Monday, May 02, 2011

The New Yorker's excellent Steve Coll and Lawrence Wright on UBL:

Coll: "[T]he million-dollar, heavily secured mansion where bin Laden lived was constructed in 2005. The maps I looked at had sections of land nearby marked off as 'restricted area,' indicating that it was under military control. It stretches credulity to think that a mansion of that scale could have been built and occupied by bin Laden for six years without it coming to the attention of anyone in Pakistan’s Army.

The initial circumstantial evidence suggests the opposite is more likely—that bin Laden was effectively being housed under Pakistani state control."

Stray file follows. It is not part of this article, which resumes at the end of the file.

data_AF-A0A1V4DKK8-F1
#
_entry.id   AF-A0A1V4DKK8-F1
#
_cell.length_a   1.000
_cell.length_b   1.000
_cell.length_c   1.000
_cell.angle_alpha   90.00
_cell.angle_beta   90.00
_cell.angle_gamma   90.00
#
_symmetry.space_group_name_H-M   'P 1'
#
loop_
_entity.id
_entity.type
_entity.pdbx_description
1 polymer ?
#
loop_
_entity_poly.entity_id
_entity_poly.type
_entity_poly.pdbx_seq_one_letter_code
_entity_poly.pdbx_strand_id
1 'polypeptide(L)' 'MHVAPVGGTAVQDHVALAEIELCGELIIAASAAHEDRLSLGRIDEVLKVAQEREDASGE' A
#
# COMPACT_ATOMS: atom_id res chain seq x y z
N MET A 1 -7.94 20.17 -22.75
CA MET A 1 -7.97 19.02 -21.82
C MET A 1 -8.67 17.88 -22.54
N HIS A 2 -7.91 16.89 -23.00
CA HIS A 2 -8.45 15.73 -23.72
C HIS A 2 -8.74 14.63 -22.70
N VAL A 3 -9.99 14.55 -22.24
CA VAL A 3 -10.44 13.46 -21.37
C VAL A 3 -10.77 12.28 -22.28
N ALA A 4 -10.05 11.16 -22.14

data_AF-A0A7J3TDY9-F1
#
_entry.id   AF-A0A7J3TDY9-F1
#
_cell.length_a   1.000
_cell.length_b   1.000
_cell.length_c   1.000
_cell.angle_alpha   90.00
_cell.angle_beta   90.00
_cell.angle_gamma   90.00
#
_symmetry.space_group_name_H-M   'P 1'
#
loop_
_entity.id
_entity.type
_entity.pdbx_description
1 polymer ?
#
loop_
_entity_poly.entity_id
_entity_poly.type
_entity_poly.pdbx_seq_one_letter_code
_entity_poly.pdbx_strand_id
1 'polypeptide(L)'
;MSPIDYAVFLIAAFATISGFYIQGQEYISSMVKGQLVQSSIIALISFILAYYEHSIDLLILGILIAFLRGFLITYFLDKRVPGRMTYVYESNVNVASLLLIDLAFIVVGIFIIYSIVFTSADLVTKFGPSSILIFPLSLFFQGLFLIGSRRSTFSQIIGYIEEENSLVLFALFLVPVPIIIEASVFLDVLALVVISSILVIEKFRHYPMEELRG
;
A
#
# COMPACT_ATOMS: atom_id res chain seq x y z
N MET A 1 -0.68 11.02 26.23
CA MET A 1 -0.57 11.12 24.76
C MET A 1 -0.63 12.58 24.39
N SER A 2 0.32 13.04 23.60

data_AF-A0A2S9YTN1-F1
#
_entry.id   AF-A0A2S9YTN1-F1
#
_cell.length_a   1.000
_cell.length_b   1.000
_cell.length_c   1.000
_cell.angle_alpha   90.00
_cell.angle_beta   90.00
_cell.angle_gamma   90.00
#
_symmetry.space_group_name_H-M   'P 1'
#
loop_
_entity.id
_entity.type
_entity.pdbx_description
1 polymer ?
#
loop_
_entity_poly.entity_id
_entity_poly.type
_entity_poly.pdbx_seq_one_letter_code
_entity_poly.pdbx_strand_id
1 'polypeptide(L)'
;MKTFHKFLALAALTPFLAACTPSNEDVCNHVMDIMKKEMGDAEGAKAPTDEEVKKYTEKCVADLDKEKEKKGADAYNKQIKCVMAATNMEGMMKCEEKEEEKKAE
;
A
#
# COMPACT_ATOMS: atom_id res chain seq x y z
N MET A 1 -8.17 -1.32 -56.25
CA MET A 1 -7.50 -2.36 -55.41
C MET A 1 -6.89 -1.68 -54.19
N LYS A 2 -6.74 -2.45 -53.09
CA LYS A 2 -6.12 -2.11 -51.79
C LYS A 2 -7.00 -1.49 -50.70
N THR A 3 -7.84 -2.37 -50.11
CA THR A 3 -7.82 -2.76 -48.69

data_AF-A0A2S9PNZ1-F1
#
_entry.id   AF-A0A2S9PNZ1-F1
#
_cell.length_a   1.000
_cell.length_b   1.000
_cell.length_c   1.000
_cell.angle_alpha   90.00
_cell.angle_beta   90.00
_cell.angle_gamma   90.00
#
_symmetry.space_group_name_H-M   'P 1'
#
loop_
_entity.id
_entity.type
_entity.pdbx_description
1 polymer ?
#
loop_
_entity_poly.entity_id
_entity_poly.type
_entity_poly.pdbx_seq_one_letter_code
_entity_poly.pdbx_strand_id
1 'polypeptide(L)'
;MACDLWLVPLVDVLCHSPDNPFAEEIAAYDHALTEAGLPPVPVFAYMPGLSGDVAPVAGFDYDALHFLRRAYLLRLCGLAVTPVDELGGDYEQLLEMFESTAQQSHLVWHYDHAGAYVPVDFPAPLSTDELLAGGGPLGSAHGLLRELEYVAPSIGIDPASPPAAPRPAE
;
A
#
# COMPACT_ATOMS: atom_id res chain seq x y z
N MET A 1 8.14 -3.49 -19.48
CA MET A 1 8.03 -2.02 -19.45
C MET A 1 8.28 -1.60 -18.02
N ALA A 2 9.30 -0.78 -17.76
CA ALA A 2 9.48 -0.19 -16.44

Wright:  "[W]ith bin Laden gone, we will be able to test the truth of the observation that radical Islamist terror is a manifestation of the repressive governments that dominated the region.

Democracy and civil society are the cure for the chronic misery of Muslim countries that has fed the rise of Islamic extremism. The death of the most notorious terrorist the world has ever seen, whose mission was to create a clash of civilizations, will allow the door to open more widely to the tolerance, modernism, and pragmatism that is so badly needed and so long awaited in a part of the world where despair, corruption, brutality, and fanaticism have laid waste to so many generations."

(Coll's Ghost Wars and Wright's The Looming Tower are models of modern investigative journalism, and important antidotes to the ahistoricized spin of the Bush-Cheney-Fox axis).

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